All businesses have to deal with breaches of contract from time to time. Contract breaches can be disruptive to your company and perhaps even cause feelings of resentment. When they happen, the non-breaching party may be tempted to threaten a lawsuit. But is the breach really worth suing over? Before heading to court, discuss your issue with a Connecticut business law attorney. Aeton Law Partners can help.
How a breach may affect your business
Every contract breach is different. One could be fairly minor and inconsequential, like a parts supplier being slightly late. Other breaches can be financially ruinous to your business. For example, suppose that your parts supplier never delivers what it promised. Suppose, further, that you have no other options because only that company supplies what you need. Without the parts, you can’t produce the goods your company sells. This could destroy your business in short order.
In deciding whether to pursue a lawsuit, you will need to weigh how significant these consequences are. There may be ways to work around the breach, for instance by finding another party to do business with. Your contract lawyer will discuss the breach with you and how you might be able to handle it. There are a number of additional factors your attorney will talk to you about.
Should you sue or not?
Besides the nature of the breach, and its impact on your business, here are other issues to consider before suing:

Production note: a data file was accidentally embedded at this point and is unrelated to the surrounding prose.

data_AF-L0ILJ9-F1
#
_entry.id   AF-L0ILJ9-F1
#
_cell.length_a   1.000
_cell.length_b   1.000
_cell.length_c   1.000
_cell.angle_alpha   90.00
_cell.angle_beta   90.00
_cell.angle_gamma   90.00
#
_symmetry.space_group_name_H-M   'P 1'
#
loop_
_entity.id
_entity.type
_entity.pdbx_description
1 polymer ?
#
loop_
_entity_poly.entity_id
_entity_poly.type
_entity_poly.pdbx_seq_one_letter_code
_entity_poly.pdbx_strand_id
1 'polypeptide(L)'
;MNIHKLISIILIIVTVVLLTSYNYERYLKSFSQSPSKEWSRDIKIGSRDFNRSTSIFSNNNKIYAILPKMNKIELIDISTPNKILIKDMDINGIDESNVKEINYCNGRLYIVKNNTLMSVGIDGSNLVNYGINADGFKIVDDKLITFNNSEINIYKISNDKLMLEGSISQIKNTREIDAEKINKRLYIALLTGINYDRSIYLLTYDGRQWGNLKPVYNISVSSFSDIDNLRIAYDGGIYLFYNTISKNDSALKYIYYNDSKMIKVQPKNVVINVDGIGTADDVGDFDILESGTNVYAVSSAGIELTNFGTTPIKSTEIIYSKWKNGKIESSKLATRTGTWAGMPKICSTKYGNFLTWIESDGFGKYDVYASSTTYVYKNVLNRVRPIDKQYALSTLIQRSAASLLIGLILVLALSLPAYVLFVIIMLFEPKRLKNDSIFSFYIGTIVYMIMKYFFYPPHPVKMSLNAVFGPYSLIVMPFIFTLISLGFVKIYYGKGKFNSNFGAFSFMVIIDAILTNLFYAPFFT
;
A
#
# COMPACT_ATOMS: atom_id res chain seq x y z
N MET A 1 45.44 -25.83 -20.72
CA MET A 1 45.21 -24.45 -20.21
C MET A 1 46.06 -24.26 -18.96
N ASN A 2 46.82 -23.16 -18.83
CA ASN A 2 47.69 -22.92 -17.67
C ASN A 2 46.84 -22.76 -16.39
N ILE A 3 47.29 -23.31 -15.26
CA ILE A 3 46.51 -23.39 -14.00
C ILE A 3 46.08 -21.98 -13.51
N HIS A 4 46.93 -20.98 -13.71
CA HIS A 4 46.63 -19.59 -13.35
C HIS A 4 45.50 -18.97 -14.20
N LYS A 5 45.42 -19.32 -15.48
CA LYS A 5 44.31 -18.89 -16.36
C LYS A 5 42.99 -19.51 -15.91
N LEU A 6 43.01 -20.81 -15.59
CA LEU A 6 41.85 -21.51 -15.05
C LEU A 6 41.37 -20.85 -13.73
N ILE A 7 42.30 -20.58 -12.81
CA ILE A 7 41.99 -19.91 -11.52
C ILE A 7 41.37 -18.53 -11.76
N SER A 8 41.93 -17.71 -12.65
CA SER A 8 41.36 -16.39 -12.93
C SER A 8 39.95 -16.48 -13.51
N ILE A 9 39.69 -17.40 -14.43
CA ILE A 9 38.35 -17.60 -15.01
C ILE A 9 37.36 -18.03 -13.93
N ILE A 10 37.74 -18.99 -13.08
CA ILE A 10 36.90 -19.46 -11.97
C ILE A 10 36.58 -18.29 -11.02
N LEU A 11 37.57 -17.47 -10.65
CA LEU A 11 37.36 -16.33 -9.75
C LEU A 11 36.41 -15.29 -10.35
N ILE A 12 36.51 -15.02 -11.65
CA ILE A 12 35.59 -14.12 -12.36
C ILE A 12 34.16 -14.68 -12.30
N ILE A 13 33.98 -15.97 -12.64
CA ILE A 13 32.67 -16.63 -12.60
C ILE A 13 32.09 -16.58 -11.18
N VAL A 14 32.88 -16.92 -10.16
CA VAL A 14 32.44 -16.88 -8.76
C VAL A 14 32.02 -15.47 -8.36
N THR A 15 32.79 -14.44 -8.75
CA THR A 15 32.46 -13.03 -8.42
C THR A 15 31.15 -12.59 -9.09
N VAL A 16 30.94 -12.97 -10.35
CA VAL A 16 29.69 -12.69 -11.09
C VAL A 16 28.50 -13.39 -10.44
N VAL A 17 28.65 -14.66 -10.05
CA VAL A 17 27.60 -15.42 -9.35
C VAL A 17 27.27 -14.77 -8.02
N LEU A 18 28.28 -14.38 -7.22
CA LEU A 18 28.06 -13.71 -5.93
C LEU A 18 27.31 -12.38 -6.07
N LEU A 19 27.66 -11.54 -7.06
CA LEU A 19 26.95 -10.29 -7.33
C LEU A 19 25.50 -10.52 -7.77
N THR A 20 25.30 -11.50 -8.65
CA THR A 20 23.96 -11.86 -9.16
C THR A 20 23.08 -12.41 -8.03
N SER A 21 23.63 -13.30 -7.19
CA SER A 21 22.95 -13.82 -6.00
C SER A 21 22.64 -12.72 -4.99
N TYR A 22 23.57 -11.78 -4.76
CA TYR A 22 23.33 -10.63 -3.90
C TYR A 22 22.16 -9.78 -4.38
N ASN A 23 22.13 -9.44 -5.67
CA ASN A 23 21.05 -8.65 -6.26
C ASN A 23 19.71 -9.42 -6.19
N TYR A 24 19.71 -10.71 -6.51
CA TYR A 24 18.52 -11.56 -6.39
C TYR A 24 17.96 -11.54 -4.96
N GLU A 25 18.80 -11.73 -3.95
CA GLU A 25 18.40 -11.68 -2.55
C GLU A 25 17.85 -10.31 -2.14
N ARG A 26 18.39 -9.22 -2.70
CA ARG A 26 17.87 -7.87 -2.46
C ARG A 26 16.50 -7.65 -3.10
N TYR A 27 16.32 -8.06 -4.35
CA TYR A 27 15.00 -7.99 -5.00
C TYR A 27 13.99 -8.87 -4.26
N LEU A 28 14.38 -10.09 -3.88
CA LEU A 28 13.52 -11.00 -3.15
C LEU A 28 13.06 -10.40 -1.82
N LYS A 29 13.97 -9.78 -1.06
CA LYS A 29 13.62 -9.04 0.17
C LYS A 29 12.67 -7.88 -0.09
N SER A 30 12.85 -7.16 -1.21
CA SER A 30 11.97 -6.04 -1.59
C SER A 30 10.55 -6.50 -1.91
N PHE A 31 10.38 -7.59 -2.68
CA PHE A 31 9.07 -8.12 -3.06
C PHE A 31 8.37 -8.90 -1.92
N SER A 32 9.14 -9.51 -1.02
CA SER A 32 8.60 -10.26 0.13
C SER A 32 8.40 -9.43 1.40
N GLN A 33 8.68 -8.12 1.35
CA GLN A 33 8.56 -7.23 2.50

- Does the breach meet the required legal standard in Connecticut?
- Was the breach material (defeated the purpose of the deal)?
- How strong is your case against the breaching party?
- Do you have, or can you obtain, the necessary evidence to prove your case?
- Could the breaching party counterclaim against you for anything?
- What kinds of damages could you pursue, and in what amount?
- Will the damages be worth the legal and court fees?
- Will the breaching party be able to pay a court judgment?
The basics of Connecticut contract breaches
The first question is arguably the most important. To prove a breach of contract in Connecticut, the plaintiff must prove:
- There was a valid, binding contract between the parties
- The plaintiff performed its obligations under the contract
- The defendant failed to perform its contractual obligations
- Non-performance resulted in the plaintiff incurring damages
Your attorney will work to prove each of the above in a lawsuit. Never assume that any of the elements are given. For instance, many plaintiffs give little attention to whether a valid contract existed. They focus, instead, only on the alleged breach. But the defendant could surprise you and argue that there was no contract at all.
After establishing the four above elements, your attorney will explain the advantages and disadvantages of litigation. If you decide to sue, your lawyer will file and serve the necessary paperwork on the defendant. Your case may settle out of court. But a contract attorney should always be prepared to go in front of a jury if necessary.
You Can Count On Aeton Law Partners
Aeton Law is ready to serve your Connecticut breach of contract legal needs. We provide comprehensive representation both inside and outside the courtroom. If you have questions about a breach or want to learn more about our services, give us a call today at [phone].